By Evan Dawson, Finger Lakes Correspondent

WiemerSome of the best winemakers in the Finger Lakes are now making vineyard-specific wines, providing consumers with more information about what they're drinking, and allowing consumers to compare the different qualities delivered by different sites. Sounds like exactly what the Finger Lakes needs, right?

Well, to a point.

First, the good news: Many of the single-vineyard wines released from the 2007 vintage are intensely distinctive, and they stand as the model for what single-vineyard wines should be. They come from a perspicacious trio, three winemakers who prioritize site selection.

LENNDEVOURS readers already know about our high regard for the Ravines 2007 Argetsinger Vineyard Dry Riesling. Hot on the heels of that wine come a pair of single-vineyard gewurztraminers from Red Newt and a series of single-vineyard rieslings from Hermann Wiemer. If you're interested in magazine scores, it's worth noting that Red Newt's 2007 Sawmill Creek Gewurztraminer cracked the 89-point barrier in Wine Spectator with a score of 90, and the 2007 Curry Creek Gewurztraminer (which winemaker Dave Whiting says will ultimately be a better wine) grabbed 89 points. And I had the chance to not only taste the Wiemer 2007 wines, but winemaker Fred Merwarth tasted me through the 2008s in tank (and still fermenting). I was inspired by how much individuality each wine was already showing.

For Merwarth, this is a natural next step.

"Hermann sought out special places to grow grapes, and we want to show our customers what each site brings to the table," he says, noting that he and Wiemer spent the past decade separating the juice by vineyard in individual tanks. "Magdalena is one of the warmest mesoclimates in the Finger Lakes, and it makes a richer wine than the HJW Vineyard. Magdalena is always going to give you this juicy wine that is balanced with acidity. The HJW is almost cutting with its minerality. We think people will enjoy finding the differences, and it helps them identify which profile they might prefer."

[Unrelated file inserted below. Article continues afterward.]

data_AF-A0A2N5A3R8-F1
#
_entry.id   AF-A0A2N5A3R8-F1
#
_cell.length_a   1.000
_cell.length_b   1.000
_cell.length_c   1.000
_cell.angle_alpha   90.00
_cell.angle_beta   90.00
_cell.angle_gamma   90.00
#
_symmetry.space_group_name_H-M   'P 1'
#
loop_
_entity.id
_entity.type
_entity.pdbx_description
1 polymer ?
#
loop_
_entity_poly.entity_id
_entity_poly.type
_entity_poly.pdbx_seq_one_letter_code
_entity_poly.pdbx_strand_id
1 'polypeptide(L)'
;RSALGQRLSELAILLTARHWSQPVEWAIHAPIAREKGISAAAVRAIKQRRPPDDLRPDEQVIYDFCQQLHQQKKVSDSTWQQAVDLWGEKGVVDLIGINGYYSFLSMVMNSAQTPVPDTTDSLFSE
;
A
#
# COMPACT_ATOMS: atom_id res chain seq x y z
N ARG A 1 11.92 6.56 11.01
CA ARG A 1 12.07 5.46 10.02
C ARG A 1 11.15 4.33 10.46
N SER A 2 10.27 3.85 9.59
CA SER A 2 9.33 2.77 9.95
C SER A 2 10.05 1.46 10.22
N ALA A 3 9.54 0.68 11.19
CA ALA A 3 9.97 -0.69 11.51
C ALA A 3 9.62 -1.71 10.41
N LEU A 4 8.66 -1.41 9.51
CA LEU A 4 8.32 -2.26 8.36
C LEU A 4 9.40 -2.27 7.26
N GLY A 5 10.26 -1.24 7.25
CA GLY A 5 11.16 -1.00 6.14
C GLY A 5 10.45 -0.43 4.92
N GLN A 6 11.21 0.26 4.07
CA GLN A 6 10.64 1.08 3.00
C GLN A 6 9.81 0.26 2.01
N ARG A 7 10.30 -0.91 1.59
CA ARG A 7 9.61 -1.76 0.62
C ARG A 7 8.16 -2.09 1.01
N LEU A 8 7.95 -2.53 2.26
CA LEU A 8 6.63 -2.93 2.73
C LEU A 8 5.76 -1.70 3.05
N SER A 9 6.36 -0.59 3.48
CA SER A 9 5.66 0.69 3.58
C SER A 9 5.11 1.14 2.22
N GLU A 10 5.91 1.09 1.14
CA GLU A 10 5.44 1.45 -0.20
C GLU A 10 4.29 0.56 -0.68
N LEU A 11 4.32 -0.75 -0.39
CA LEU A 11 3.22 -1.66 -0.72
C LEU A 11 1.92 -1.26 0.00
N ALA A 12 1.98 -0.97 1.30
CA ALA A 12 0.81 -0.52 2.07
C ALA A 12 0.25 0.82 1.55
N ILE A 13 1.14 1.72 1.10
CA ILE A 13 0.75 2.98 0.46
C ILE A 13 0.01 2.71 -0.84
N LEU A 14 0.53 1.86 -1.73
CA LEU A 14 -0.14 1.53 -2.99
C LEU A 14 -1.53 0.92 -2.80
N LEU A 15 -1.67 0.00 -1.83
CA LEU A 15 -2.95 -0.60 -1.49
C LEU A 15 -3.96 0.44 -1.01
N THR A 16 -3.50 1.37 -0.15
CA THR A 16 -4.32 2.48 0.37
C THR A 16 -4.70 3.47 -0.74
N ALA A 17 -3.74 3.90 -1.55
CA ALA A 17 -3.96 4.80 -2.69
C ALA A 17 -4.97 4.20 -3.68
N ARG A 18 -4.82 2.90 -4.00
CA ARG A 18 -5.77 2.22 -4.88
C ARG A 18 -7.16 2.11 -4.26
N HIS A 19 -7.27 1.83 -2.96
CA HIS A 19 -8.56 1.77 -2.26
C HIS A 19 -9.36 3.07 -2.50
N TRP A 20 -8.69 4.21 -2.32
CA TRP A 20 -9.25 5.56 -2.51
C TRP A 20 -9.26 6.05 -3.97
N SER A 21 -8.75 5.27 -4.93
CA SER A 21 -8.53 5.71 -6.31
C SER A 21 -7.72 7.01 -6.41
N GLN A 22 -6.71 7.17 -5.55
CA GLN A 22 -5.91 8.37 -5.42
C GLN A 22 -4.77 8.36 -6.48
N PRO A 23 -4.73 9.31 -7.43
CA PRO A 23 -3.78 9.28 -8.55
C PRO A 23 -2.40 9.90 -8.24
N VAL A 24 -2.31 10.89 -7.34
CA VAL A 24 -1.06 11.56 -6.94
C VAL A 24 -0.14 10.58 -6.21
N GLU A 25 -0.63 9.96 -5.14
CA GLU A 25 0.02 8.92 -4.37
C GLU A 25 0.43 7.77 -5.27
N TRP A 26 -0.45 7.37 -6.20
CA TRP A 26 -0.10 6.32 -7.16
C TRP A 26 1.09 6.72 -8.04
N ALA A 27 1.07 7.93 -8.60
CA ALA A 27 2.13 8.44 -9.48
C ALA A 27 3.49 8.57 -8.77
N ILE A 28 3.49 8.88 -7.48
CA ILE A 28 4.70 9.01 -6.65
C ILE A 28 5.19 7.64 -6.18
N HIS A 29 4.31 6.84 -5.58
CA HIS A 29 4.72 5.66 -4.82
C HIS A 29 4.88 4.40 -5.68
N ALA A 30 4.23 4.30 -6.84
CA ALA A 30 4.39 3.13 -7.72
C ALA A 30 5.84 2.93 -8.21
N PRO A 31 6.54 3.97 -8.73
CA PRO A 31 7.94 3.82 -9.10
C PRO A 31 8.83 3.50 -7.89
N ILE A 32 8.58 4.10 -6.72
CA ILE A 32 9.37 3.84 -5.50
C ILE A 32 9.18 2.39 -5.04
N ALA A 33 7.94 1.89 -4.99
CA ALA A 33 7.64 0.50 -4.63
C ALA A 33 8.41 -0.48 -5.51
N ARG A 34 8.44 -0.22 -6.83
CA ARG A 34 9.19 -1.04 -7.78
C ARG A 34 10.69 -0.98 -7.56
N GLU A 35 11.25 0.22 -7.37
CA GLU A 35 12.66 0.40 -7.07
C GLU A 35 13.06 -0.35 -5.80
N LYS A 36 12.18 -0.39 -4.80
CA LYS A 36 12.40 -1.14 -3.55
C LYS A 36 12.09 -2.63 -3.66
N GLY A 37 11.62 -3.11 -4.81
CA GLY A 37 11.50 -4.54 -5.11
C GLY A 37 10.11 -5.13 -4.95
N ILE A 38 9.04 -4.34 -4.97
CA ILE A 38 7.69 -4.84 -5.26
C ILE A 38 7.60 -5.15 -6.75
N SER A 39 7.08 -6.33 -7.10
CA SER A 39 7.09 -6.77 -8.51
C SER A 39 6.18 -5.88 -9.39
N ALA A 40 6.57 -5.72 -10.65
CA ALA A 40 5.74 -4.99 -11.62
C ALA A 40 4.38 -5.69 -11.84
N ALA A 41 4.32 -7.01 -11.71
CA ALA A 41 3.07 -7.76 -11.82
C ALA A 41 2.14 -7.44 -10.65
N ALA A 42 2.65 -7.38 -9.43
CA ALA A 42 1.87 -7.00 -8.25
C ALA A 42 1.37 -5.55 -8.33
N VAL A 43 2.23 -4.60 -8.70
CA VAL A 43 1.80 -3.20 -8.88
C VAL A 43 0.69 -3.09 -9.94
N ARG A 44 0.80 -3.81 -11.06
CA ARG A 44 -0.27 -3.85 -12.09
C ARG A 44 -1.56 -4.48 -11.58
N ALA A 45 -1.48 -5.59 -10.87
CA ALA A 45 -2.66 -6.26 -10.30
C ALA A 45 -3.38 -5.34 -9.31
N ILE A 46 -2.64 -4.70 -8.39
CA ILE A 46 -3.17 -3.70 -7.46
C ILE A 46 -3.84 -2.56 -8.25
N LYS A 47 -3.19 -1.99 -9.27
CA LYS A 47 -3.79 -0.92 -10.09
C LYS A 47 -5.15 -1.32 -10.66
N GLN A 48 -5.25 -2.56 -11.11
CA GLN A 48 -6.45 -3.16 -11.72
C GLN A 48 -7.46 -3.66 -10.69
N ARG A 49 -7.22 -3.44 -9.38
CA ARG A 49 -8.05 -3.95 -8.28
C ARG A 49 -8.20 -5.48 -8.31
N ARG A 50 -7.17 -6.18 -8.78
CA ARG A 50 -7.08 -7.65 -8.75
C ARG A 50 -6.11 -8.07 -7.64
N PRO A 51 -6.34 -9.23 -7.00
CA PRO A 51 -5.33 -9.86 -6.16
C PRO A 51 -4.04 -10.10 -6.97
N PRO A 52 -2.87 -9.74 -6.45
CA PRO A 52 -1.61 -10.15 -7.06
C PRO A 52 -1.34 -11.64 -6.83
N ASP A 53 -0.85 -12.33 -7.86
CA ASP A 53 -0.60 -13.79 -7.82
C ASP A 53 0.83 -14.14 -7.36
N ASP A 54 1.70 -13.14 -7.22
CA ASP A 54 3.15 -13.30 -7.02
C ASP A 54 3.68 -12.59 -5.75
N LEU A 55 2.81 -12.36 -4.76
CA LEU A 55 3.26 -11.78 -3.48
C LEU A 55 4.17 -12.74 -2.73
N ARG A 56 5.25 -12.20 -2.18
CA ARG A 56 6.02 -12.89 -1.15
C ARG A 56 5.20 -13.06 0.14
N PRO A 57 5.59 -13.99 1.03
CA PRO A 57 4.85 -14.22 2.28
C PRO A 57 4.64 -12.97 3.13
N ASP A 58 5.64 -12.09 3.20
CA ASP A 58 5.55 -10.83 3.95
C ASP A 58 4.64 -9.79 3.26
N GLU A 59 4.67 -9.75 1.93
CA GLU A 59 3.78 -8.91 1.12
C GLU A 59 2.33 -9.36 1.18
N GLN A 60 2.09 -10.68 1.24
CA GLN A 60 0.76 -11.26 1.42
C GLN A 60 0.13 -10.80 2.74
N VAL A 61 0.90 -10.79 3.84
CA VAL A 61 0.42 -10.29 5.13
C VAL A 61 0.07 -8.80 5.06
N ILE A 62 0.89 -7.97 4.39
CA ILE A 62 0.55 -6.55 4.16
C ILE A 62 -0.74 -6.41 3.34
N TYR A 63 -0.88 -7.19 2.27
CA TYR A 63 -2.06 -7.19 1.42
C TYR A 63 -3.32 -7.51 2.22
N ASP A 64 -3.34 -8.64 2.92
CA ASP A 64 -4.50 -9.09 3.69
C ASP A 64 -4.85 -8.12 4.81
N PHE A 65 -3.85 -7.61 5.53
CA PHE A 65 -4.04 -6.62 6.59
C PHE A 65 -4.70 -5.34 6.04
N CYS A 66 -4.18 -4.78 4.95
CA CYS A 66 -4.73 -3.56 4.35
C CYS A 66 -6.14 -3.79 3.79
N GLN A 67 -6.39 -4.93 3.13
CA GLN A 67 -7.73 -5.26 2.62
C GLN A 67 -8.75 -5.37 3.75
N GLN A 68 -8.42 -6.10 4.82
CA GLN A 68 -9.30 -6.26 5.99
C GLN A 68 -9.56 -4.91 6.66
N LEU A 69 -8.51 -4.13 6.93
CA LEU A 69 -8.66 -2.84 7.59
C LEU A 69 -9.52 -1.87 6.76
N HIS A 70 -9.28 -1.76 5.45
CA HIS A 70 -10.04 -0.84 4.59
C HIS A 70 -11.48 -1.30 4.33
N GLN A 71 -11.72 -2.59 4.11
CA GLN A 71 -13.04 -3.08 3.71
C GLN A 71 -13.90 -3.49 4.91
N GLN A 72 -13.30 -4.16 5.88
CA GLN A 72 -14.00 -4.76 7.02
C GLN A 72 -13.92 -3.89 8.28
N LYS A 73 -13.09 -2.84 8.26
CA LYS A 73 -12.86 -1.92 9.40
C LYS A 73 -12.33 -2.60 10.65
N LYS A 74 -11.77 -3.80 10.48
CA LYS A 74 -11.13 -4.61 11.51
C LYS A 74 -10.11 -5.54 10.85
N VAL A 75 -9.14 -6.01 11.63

Whiting has been thinking about taking this step for a while at Red Newt.

"I can stand in a vineyard, throw a stone fifty feet, and where it lands will give me an entirely different profile of wine," Whiting says. He's particularly excited about Curry Creek, which might end up with a kind of "Grand Cru" status for Finger Lakes gewurztraminer. "That wine should age really nicely. We think we've found quite a unique place for that grape."

At Ravines, Hallgren offers a cautionary note: "I don't want single-vineyard designation to lose its meaning through dilution," he says. "Right now it's heading in a good direction. Red Newt and Hermann Wiemer do things the right way. But I hope the entire region doesn't see it as a trend to make more money. If people start making single-vineyard wines simply to command a higher price, the concept will be as meaningless as 'reserve' wines. Single-vineyard should mean something. The winemaker should be able to explain to you why the site is special, and what sets it apart."

Merwarth points out that there are almost certainly special sites in the Finger Lakes that have yet to be discovered. "Morten's absolutely right. The search is far from over, but that doesn't mean we should see a bunch more every year. The baseline for a single-vineyard wine has to be a repeatable profile. You've got to know what you expect from that site, cause if it's always changing, there's no reason for your customers to trust you."

Single-vineyard wines offer an exciting glimpse into the intricacies of our sense of place, and that's because the people making them have patiently scoured the region for the best locations. For now, it is a slow-developing trend to be celebrated.

What single-vineyard wines am I missing? What single-vineyard wines have you tried? If you'll excuse me, I'm off to uncork the 2007 Hermann Wiemer Magdalena Dry Riesling and the 2007 Hermann Wiemer HJW Dry Riesling. I can't wait to discover and enjoy the difference over tonight's dinner.